In piano education process, the main course materials could be considered to be etudes and pieces existing in piano literature. When compared to other instruments, the piano has a lot more extensive literature. Several composers, pianists and pedagogues have produced numerous pieces of music for the piano.  At this point, it is vital to create an appropriate repertoire for the students from this rich and extensive literature (Y?lmaz, 2018:11).In order to play a piece on the piano, it is highly important to have strong technical skills and to use them appropriately. The more advanced these technical skills are,   the   better   and   easier   it  is  to  perform  musical expressions. All in all, it is of the essence to give the etudes written or developing technical skills the place (Kalkano?lu, 2020:1).
In instrument education, the educators generally focus on developing technical skills and resolving technical problems. Etudes can be considered to be as back-ups especially for students in the beginner level. In piano education, etudes are used for developing a lot of techniques such as left/right hand finger development, scale technique, playing double voices, trill vocalization, rapidity, development of octave and moving to different positions on the keyboard. There are studies in the literature to enable the learners to describe, express or be aware of the musical phrases by a composer. However, eliminating the challenges mentioned above and teaching skills are the primary goals of the educators.
While the etudes are being studied, it is important to pay attention to musicality as well. Including etude studies correctly in the curriculum will help the students to analyze, decipher and perform difficult pieces. At the same time, studying etudes is crucial as it improves the deciphering ability, analysis ability, piano technique and musicality (Y?lmaz, 2018:15).
It is essential to have a balance between structuring and interpretation in teaching, as well as in practice. Emphasizing solely on the interpretation elements might lead to neglecting technical skills. On the other hand, paying special attention to technical skills might also damage the imagination and the ability of making spontaneous music. The balance between these two factors should show variation at different stages in students’ development. In the early years of education, the teacher should consider creating instrumental knowledge as his main task. However, he should not ignore musical development; the configuration factor should be at the forefront. There is no age limit for the development of a musician but the early youth is the period in which the technique develops the fastest. At a later stage, when the technique is firmly established on solid foundations, the balance can be shifted towards the interpretation (Galamian, 1962:106-6 quoting Do?anay, 2011:10).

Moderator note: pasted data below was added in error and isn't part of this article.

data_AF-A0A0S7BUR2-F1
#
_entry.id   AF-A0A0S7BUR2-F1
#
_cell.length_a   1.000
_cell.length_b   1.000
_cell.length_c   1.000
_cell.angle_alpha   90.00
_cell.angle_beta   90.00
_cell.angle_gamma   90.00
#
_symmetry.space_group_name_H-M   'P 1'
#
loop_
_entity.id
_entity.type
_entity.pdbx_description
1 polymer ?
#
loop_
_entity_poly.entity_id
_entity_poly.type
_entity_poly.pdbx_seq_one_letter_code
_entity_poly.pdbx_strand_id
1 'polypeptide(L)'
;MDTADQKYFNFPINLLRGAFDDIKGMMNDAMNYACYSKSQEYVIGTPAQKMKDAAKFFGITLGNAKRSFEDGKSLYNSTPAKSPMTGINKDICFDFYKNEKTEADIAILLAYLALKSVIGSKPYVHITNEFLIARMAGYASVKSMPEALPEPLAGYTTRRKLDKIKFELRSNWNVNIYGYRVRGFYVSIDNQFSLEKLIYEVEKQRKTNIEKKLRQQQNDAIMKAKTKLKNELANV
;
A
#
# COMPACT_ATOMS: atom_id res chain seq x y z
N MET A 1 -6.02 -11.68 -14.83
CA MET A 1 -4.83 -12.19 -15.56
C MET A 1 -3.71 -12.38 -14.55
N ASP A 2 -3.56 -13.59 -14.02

While giving more importance to technical studies than it deserves may prevent musicality, a teaching style that ignores the technical skills and emphasizes musicality may also leave technical skills development in the background (Do?anay, 2011:10).
In the first half of the Romantic Period, composers such as Clementi, Cramer, Hummel and Czerny presented their technical and musical approaches pedagogically and formed the foundations of piano technique. The approach of these composers, which is a continuation of the 18th century understanding of piano technique, was inadequate in practice and was not able to go beyond asserting what should be for an effective musical performance. Therefore, this mechanical technical approach reached its peak with the work of these composers and in the end, there was not much left to do. From this point on, the development of the piano technique was undertaken by younger composers of the period such as Chopin, Liszt and Thalberg, and their liberal and distinctive approach reshaped the piano technique (Yah?i, 2017:7).
Prior to Chopin, the concept of etude, which only aimed at technical development and did not go beyond being an exercise, was completely changed with the etudes he wrote, and became artistic works with deep musical expression. However, Chopin has realized the musical technical understanding which composers like Clementi and Czerny put forward as an approach that should be in the piano techniques and with the etudes he wrote, he demonstrated the first examples of an approach that would continue after him (Yah?i, 2017, s.8).
Generally, the approach on etude in performing arts state that a style focusing on continuous technical exercises might cause the students’ musical expression and expression skills not to develop. As mentioned previously, based on this point, distinctive composers in the literature have created works by combining work with deeper musical expression and the concept of etude, instead of writing pieces only for technical skills development and daily exercise.